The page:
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Aetna Fined $500,000 for Improper Denials of Emergency Room Claims

Updated: Nov 20, 2020

On August 25, 2020, the Department of Managed Healthcare Services (DMHC) fined Aetna $500,000 for wrongfully denying claims for emergency medical services.  It also ordered Aetna to correctly reprocess all its emergency room denials dating back to February 1, 2017.

Entrance to hospital Emergency Department

DMHC imposed these severe measures in response to Aetna’s long-running failure to correctly apply California’s standard for reimbursing emergency room claims.  California law requires a health plan to pay for emergency medical services unless it “reasonably determines” that (1) the emergency medical services were never performed or (2) the enrollee did not require emergency medical services and reasonably should have known that an emergency did not exist.  See Health & Safety Code §§ Section 1371.4(c), 1317.1(b).

Unfortunately, while Aetna had long paid lip service to California’s standard, Aetna was actually applying its “national standard,” also known as the “prudent layperson” standard.  Under this standard, emergency room claims will only be paid if, under the circumstances, a prudent layperson with an average knowledge of health and medicine would have known if she was in an emergent condition.  The formal orders issued by the DMHC indicate that Aetna acknowledged that it had been doing this as far back as 2010 – but had continued doing so even after entering into settlement agreements with DMHC in 2015 and 2016, pursuant to which it paid $135,000 in administrative penalties.

DMHC emphasized that California’s standard differs because it does not require a plan enrollee to have an average level of medical knowledge.  Section 1371.4 applies a subjective standard based on the enrollee’s reasonable belief there was an emergency.  Interestingly, in its formal orders and an accompanying press release, DMHC has clarified that in order for a plan’s determination to be reasonable, the plan must be “in possession of evidence to show” that services were not actually performed or that the enrollee subjectively did not believe there was an emergency.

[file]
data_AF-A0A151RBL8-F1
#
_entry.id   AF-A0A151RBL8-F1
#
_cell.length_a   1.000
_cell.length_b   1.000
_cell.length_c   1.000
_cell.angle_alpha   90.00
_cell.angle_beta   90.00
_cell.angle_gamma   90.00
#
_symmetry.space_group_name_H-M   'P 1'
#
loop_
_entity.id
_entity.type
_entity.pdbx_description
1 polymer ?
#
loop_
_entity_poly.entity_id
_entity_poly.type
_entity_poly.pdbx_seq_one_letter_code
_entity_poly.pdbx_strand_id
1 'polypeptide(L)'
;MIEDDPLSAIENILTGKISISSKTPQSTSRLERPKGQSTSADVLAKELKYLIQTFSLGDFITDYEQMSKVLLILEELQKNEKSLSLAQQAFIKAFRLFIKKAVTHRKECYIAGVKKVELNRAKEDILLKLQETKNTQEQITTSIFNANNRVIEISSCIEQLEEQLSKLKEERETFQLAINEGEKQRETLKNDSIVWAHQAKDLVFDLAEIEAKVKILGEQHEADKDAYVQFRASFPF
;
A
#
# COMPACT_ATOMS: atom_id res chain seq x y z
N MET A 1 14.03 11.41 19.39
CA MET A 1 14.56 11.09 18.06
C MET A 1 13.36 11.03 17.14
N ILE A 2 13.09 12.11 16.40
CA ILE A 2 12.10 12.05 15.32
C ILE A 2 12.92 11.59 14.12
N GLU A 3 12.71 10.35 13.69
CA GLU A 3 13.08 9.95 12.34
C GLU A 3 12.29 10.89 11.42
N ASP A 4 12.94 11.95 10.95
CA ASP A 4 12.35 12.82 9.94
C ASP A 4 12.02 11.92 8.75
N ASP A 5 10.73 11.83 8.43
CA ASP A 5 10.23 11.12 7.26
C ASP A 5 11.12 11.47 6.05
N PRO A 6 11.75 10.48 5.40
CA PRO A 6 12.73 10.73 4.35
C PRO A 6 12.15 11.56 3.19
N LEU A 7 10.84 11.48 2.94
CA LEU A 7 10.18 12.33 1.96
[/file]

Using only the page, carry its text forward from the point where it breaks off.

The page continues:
DMHC’s actions followed the findings from a 2018-2019 audit in which DMHC reviewed a sample of approximately 30 Aetna-denied emergency claims and determined that all but 2 of them – over 93% of the claims reviewed – had improperly applied the prudent layperson standard.  DMHC also determined that Aetna’s commercial emergency medical services denial policies and procedures didn’t follow California law.

Somewhat unbelievably, when DMHC pointed this out to Aetna in 2019, Aetna merely re-reviewed the sample claims and announced to DMHC that every single one of the denials were also upheld under the California standard.  This obstinance – which DMHC formally determined to be an “unfair payment pattern” in violation of Health & Safety Code 1371.37(c)(2) – is what ultimately resulted in the regulatory actions at issue.  In addition to the $500,000 fine, Aetna must now “immediately conduct a review” of all emergency claims that it denied going back to February 1, 2017 "and re-adjudicate and overturn each such denial unless it is in possession of evidence” that meets one or more of the exceptions set forth in the California standard.  See August 25, 2020 Order to Cease and Desist, p. 8, ¶ 3 (emphasis added).

This incident offers a vivid illustration of how the national commercial payors routinely ignore the greater protections offered to providers and enrollees under the Knox-Keene Act and the California Insurance Code.  Athene Law has significant experience representing healthcare providers who are facing unfair payment patterns in violation of California law.  For questions, please contact Eric Chan (, Long Do (, or Felicia Sze (


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